An alignment measures the suspension angles and components of your vehicle, and makes adjustments to ensure optimal steering and handling. The most common proplem caused by an improper wheel alignment is premature tire wear. Common symptoms include a crooked steering wheel, vehicle pulling toward one side while driving, and uneven tire wear.
What does an alignment adjust?
Caster: The Caster angle of your wheels is the angle created by the steering's pivot point from the front of the vehicle to the back of the vehicle, as viewed from the side of the vehicle. Caster is positive if the angle points forward, and negative if the angle points backward. Caster is different on every vehicle and is selected by the manufactuer based on what balance of steering effort, high speed stability, and front end cornering effectiveness the manufacturer wants the vehicle to have. If the camber is increased positively, steering effort will be increased and straight line tracking will be improved, as well as improving the vehicle's high speed stability and providing more effective cornering. When cornering, positive caster will make the tire lean more as the steering angle increases.
Camber: The Camber angle determines the angle the tires slant away from the vertical when viewed directly from the front or the back of the vehicle. Wheels that are directly perpendicular to the road surface have a camber of 0 degrees. When the tops of the tires tilt towards the fender walls, camber is negative, and when the tire tops tilt away from the vehicle, camber is negative.
Toe: The Toe angle measures the exact direction the tires are pointed versus the centerline of the vehicle as viewed from directly above. An axle has a positive toe (toe-in) when the toes point towards one another, and a negative toe (toe out) when the toes point away from one another. The vehicle's toe setting is one of the most important alignment settings when it comes to tire wear. Misadjusted toe settings cause faster tire deterioration and negatively impact handling.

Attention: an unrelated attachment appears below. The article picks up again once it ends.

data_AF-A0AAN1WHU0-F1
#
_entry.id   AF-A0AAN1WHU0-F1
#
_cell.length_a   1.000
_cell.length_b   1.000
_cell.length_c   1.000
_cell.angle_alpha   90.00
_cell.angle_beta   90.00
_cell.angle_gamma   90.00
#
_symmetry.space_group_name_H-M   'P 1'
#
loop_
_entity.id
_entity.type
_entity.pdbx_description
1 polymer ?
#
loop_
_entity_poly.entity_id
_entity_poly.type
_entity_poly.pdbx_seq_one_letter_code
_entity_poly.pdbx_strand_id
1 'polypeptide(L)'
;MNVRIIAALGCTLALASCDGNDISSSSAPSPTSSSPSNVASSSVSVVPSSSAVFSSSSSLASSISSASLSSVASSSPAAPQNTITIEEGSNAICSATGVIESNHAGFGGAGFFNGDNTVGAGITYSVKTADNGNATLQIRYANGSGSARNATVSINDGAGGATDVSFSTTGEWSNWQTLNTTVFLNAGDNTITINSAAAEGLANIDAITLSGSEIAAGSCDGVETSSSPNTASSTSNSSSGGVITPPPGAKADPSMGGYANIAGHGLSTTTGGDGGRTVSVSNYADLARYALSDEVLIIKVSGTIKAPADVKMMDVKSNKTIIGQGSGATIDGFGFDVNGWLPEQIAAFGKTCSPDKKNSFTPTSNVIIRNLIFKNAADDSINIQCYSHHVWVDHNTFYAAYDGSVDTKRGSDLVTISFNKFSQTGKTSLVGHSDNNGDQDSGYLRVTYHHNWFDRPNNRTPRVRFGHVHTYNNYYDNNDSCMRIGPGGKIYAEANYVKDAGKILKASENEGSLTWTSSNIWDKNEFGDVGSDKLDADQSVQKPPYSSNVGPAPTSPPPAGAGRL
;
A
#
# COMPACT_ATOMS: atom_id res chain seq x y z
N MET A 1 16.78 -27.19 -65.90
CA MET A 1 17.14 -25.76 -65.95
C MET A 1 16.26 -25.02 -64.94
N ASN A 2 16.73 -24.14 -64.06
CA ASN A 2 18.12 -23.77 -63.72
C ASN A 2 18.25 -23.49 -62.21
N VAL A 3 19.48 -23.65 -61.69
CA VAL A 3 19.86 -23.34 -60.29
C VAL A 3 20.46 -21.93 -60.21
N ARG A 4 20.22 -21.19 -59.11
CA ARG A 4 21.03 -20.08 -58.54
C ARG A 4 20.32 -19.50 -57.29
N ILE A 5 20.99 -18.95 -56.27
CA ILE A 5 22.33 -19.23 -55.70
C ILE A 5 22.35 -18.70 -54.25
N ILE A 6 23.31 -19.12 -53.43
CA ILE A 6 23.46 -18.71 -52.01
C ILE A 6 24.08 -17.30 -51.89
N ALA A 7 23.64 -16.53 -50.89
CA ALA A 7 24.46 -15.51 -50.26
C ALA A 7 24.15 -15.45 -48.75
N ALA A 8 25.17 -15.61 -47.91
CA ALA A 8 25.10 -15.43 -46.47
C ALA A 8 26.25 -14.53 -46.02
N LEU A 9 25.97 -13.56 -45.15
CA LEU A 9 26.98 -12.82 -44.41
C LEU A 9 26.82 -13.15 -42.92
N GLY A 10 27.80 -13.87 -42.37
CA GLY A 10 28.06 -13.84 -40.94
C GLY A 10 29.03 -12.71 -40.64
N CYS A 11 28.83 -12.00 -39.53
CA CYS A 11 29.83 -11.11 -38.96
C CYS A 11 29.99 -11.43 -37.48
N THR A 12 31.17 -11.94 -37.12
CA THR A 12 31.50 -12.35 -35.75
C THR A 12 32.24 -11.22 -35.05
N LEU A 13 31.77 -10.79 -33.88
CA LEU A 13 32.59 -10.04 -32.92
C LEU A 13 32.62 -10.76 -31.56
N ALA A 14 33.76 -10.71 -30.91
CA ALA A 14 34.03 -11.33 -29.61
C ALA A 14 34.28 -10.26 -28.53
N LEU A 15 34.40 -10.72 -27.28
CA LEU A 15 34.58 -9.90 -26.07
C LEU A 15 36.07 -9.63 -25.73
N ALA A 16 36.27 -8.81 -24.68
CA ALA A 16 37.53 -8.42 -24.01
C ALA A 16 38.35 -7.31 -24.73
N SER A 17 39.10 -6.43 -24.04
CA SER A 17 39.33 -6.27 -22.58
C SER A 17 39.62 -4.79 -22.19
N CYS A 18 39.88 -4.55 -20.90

Thrust Angle: The thrust angle is an imaginary line drawn perpendicular to the centerline of the rear axle. A Vehicle's thrust angle affects the position of the steering wheel. If the thrust line does not run parallel to the vehicle's geometric centerline, the steering wheel position will be off and the vehicle will pull to the right or the left.
If you find your vehicle is not driving in a straight line unless you increase your steering effort, you may need an alignment! Don't hesitate to reach out to us at Bustard Chrysler in Waterloo for your wheel alignment needs!
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Bustard Chrysler Waterloo is located in Waterloo, Ontario and also serves Kitchener, Cambridge, Guelph, Brantford, Hamilton, Elmira, Milton, Burlington, St. Catharines and all of Southwestern Ontario.